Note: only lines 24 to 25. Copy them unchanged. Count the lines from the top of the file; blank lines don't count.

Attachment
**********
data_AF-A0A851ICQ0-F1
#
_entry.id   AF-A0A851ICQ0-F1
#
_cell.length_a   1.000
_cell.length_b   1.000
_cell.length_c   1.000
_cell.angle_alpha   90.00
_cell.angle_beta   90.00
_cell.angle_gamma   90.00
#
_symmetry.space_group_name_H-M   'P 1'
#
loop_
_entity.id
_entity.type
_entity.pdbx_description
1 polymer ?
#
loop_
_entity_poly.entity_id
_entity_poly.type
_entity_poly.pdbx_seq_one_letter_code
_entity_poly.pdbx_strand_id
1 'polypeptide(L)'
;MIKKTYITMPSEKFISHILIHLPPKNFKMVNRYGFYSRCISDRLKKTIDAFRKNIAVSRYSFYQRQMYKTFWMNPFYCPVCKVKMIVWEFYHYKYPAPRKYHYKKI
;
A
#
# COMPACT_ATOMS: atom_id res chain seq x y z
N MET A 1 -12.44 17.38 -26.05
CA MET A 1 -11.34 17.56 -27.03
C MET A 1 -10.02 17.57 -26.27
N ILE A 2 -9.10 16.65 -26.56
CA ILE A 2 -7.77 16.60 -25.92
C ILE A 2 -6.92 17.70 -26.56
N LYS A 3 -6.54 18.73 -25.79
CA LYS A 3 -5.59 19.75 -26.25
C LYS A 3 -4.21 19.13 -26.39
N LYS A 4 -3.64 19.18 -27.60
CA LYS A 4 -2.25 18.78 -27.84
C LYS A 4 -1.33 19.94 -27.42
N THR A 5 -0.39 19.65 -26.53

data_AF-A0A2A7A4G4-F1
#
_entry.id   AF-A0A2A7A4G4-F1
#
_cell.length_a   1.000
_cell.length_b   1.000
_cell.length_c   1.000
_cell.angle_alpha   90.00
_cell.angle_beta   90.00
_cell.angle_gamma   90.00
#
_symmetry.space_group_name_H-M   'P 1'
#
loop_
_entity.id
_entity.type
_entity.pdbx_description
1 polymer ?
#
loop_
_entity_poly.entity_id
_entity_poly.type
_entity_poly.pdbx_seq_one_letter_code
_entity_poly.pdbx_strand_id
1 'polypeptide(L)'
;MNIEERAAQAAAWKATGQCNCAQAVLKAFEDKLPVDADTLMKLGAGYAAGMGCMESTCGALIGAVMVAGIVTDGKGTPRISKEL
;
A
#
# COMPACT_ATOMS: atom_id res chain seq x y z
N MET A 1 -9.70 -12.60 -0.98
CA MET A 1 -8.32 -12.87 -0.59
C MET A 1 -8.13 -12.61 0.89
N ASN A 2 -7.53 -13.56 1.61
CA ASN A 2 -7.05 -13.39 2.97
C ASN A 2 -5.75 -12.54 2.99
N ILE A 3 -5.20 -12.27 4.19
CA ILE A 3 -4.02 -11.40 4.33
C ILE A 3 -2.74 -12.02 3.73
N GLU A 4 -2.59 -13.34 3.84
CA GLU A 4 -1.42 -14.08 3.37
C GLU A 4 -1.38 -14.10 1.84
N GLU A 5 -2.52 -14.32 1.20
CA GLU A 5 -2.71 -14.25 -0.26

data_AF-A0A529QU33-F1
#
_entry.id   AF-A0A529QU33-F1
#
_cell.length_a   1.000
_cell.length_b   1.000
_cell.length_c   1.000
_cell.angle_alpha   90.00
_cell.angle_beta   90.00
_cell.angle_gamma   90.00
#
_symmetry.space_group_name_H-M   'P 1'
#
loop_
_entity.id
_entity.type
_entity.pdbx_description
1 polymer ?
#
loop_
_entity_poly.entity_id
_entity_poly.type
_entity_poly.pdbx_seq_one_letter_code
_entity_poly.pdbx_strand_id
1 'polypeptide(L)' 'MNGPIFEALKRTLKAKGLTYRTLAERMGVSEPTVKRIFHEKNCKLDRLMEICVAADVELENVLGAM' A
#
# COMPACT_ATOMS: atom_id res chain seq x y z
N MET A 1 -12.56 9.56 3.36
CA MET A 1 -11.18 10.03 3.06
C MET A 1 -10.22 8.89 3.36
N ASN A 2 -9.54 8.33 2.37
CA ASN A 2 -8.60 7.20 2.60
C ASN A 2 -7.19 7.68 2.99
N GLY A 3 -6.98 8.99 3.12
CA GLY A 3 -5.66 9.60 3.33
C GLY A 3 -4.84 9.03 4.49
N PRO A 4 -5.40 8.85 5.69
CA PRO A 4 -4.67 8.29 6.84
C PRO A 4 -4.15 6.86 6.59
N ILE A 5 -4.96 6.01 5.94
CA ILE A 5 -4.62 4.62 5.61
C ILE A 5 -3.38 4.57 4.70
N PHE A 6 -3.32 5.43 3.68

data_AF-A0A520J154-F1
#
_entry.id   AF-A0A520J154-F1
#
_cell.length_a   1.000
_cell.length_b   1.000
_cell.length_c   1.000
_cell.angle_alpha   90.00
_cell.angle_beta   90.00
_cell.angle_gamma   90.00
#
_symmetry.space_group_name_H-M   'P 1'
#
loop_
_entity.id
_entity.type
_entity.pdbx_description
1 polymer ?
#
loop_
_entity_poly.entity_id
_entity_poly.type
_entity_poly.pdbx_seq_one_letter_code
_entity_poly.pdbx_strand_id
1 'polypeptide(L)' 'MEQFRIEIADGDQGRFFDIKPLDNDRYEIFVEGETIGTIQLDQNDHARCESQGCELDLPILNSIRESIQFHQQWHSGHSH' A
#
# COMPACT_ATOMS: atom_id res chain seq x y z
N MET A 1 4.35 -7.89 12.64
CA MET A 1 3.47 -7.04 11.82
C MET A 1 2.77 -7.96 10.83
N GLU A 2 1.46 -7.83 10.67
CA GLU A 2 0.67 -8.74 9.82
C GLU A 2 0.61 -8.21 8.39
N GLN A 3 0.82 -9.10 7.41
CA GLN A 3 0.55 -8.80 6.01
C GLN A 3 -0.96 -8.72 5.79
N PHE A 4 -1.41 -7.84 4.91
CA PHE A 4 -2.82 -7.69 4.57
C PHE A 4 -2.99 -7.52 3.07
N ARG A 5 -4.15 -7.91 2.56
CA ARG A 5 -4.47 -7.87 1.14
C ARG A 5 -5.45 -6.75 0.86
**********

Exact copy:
_entity_poly.pdbx_strand_id
1 'polypeptide(L)'